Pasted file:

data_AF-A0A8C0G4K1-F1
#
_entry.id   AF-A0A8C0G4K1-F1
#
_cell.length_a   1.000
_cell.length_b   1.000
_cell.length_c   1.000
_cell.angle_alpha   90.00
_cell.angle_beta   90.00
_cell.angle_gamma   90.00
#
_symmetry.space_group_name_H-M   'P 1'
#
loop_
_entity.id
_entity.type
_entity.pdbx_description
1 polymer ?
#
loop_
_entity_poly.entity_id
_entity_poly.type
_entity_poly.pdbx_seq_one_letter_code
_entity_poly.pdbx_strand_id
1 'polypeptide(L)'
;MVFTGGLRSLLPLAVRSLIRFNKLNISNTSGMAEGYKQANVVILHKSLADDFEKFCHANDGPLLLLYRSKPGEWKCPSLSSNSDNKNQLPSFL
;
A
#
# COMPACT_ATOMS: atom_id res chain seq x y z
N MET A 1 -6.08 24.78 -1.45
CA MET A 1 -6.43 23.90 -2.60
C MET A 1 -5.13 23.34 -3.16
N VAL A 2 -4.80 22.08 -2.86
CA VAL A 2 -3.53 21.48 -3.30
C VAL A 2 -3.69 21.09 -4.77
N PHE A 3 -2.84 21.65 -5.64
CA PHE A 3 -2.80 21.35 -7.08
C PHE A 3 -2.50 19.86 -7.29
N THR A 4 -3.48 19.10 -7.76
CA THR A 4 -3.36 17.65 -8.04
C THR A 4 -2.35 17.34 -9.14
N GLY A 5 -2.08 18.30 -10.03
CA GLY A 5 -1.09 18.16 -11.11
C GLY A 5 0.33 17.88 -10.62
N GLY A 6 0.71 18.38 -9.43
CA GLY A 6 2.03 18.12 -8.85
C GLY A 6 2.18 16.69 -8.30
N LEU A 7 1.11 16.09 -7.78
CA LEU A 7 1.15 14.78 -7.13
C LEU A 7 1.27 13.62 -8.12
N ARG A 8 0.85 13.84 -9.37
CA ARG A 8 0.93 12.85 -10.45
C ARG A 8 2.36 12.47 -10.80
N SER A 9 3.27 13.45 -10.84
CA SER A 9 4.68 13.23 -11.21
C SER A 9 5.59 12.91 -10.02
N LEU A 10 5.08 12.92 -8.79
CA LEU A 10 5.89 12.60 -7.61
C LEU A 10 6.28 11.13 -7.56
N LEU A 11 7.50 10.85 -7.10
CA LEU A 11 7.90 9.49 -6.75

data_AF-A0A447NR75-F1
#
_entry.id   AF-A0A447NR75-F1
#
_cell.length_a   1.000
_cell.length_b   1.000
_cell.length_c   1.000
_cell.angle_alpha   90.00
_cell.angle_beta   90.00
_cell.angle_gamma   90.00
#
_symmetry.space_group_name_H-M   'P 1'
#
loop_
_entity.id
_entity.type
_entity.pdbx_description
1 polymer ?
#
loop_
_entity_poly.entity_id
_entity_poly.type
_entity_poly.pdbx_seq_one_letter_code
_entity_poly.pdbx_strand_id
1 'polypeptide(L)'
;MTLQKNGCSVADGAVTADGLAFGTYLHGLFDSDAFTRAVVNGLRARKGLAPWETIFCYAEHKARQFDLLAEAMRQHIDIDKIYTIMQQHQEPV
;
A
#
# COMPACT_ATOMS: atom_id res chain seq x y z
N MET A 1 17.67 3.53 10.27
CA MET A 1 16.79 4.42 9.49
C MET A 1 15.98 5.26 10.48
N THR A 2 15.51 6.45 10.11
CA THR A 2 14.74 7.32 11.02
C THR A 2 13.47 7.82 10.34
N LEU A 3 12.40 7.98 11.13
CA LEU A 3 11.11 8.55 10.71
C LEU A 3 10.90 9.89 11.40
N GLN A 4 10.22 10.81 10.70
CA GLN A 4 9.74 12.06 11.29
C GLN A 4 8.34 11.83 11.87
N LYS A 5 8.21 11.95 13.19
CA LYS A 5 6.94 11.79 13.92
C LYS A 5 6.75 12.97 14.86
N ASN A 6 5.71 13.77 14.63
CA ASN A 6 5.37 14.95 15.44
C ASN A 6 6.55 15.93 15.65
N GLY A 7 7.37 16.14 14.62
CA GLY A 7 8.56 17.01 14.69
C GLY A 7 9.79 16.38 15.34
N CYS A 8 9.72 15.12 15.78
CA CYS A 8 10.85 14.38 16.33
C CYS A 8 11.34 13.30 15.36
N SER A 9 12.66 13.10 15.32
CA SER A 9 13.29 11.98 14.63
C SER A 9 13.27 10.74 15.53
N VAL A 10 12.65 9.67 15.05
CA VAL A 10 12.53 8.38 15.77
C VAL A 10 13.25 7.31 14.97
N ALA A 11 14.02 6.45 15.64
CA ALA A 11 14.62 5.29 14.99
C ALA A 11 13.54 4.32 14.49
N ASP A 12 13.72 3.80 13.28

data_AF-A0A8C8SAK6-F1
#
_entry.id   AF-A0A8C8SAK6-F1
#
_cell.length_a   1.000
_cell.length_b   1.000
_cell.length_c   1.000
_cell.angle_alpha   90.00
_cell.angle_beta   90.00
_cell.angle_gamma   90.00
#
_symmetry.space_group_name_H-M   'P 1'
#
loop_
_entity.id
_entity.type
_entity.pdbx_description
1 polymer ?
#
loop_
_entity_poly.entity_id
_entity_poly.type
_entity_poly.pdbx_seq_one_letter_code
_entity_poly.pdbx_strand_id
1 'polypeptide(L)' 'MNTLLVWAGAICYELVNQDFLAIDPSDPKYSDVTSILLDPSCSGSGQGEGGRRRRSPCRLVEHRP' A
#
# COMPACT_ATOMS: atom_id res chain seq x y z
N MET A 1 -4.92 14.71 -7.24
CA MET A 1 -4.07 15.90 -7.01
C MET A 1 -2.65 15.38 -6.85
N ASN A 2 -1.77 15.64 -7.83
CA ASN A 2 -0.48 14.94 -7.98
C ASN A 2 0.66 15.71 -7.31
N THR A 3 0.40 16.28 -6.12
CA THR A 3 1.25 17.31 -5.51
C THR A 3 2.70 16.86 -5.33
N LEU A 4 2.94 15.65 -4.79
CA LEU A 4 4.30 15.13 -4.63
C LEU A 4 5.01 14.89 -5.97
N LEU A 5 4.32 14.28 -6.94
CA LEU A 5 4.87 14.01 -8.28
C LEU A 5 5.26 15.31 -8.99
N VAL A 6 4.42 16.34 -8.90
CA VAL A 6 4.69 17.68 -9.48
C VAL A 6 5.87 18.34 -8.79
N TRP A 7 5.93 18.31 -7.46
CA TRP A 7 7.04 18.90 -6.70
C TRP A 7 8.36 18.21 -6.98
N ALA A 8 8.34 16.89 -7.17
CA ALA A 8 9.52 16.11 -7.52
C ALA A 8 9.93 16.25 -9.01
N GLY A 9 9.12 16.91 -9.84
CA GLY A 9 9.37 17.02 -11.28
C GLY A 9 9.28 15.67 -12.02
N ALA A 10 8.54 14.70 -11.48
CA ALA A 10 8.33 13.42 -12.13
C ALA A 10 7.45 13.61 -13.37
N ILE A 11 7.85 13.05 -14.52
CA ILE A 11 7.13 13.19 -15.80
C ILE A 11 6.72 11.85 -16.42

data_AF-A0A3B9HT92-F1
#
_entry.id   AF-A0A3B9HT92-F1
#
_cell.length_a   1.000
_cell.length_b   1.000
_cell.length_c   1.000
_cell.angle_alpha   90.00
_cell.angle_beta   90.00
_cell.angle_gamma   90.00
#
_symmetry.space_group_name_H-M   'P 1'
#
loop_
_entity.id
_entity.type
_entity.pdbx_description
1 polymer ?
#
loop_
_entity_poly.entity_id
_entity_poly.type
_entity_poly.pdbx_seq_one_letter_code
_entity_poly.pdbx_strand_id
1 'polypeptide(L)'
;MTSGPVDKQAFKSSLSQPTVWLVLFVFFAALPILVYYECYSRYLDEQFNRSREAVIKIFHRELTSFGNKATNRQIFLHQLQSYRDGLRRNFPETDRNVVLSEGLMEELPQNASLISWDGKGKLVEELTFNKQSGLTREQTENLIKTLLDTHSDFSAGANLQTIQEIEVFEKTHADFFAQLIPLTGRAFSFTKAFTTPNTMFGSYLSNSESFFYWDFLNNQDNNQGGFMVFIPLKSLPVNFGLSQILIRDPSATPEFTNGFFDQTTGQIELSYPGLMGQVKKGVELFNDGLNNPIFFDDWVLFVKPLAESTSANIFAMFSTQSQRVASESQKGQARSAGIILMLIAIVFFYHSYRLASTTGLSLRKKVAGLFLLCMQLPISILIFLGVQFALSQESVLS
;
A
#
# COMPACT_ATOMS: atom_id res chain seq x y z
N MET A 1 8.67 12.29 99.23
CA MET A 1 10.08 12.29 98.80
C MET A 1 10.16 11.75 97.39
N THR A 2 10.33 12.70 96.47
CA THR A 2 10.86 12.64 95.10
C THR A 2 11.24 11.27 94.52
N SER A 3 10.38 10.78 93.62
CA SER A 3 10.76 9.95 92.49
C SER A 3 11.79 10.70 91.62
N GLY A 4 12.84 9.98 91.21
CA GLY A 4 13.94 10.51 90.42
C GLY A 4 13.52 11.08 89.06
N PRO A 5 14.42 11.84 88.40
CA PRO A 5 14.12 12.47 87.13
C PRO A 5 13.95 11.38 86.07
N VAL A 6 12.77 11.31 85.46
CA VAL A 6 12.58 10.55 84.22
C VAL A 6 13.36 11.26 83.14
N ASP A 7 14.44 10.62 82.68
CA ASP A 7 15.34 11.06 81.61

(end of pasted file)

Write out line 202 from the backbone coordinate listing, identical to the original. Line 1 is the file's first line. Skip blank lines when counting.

_entity.type